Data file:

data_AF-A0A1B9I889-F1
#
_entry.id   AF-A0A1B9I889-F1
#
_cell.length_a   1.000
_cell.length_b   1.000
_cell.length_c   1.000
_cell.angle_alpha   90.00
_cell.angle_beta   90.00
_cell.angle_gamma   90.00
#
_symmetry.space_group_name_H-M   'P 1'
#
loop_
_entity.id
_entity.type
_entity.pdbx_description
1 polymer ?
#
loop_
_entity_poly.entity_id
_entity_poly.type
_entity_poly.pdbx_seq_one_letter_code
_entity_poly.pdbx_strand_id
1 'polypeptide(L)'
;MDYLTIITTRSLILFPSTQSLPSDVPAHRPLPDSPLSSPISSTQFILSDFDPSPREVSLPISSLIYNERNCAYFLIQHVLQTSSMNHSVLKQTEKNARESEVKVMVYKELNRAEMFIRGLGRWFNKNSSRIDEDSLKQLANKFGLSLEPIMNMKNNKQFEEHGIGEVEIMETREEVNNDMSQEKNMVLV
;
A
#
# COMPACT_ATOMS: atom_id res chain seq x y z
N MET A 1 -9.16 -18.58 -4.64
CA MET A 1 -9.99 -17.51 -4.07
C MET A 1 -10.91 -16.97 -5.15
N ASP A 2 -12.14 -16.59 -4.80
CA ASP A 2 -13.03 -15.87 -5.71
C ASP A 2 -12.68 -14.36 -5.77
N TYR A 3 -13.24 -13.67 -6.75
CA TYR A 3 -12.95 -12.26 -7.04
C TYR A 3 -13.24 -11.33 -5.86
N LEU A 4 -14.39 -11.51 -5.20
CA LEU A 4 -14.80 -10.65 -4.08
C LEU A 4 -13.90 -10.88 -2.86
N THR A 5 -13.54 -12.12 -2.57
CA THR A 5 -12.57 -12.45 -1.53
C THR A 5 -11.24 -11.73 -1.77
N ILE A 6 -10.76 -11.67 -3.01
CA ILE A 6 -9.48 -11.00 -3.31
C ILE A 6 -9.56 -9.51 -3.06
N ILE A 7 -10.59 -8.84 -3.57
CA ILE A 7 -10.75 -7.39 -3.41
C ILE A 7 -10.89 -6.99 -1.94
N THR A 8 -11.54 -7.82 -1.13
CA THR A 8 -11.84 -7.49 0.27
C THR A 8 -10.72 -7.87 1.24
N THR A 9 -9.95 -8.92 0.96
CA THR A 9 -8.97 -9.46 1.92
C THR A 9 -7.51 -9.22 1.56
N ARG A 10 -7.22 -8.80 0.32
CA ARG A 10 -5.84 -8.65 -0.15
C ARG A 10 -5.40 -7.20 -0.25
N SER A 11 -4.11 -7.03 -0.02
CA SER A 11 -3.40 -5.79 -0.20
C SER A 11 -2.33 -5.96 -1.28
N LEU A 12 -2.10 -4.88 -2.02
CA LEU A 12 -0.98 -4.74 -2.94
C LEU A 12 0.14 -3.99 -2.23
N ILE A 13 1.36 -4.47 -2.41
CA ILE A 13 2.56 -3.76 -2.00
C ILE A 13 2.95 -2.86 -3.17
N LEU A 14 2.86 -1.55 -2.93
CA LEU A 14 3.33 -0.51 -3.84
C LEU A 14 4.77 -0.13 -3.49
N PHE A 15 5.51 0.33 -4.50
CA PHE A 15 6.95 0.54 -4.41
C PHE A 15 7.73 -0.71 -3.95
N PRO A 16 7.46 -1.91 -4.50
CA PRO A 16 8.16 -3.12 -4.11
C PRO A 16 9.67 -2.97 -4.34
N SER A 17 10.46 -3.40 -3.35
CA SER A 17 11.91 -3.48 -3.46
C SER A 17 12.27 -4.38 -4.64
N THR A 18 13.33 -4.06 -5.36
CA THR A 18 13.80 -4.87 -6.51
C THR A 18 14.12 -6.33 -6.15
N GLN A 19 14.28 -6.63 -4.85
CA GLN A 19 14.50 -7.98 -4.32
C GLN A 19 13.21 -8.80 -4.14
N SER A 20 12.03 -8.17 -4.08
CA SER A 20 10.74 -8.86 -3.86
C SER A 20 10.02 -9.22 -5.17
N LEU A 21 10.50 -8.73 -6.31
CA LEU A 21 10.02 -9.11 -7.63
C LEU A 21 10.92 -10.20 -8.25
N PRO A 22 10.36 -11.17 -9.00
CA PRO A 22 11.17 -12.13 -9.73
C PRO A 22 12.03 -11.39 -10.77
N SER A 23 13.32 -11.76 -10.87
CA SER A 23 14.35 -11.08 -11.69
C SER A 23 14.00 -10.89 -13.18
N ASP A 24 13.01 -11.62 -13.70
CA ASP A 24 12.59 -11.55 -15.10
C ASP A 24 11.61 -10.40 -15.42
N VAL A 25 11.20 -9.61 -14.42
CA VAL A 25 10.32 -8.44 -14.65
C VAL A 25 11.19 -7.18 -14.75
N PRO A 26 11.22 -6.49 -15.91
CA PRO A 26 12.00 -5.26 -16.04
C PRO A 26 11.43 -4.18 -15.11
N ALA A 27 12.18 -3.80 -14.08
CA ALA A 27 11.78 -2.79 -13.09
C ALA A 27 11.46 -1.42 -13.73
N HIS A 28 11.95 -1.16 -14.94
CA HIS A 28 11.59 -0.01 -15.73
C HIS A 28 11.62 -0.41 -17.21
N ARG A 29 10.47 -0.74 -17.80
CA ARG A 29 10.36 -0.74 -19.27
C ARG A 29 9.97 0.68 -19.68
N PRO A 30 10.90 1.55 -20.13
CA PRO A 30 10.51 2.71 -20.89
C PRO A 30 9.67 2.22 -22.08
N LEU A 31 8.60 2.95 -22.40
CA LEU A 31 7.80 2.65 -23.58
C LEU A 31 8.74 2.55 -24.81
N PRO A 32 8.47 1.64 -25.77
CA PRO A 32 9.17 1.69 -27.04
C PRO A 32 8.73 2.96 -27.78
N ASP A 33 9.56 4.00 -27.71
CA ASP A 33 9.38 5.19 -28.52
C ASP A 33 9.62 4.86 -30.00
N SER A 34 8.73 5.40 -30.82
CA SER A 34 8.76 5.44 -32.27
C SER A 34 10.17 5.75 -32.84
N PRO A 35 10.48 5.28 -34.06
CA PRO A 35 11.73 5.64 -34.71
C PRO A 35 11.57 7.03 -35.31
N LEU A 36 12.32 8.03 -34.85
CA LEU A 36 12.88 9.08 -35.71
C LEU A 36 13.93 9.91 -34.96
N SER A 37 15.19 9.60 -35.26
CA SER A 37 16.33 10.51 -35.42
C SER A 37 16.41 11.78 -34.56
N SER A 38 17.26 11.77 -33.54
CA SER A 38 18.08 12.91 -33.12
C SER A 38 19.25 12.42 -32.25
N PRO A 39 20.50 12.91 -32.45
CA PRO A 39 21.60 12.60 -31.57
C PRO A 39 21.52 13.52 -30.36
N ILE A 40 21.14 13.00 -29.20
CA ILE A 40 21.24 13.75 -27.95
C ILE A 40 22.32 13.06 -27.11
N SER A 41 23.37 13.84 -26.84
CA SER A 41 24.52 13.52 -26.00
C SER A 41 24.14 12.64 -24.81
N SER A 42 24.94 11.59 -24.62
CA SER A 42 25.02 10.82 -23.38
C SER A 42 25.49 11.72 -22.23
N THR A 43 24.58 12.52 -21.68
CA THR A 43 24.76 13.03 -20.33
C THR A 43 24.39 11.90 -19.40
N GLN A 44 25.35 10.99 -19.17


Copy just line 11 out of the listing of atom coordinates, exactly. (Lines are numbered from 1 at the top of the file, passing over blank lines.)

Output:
#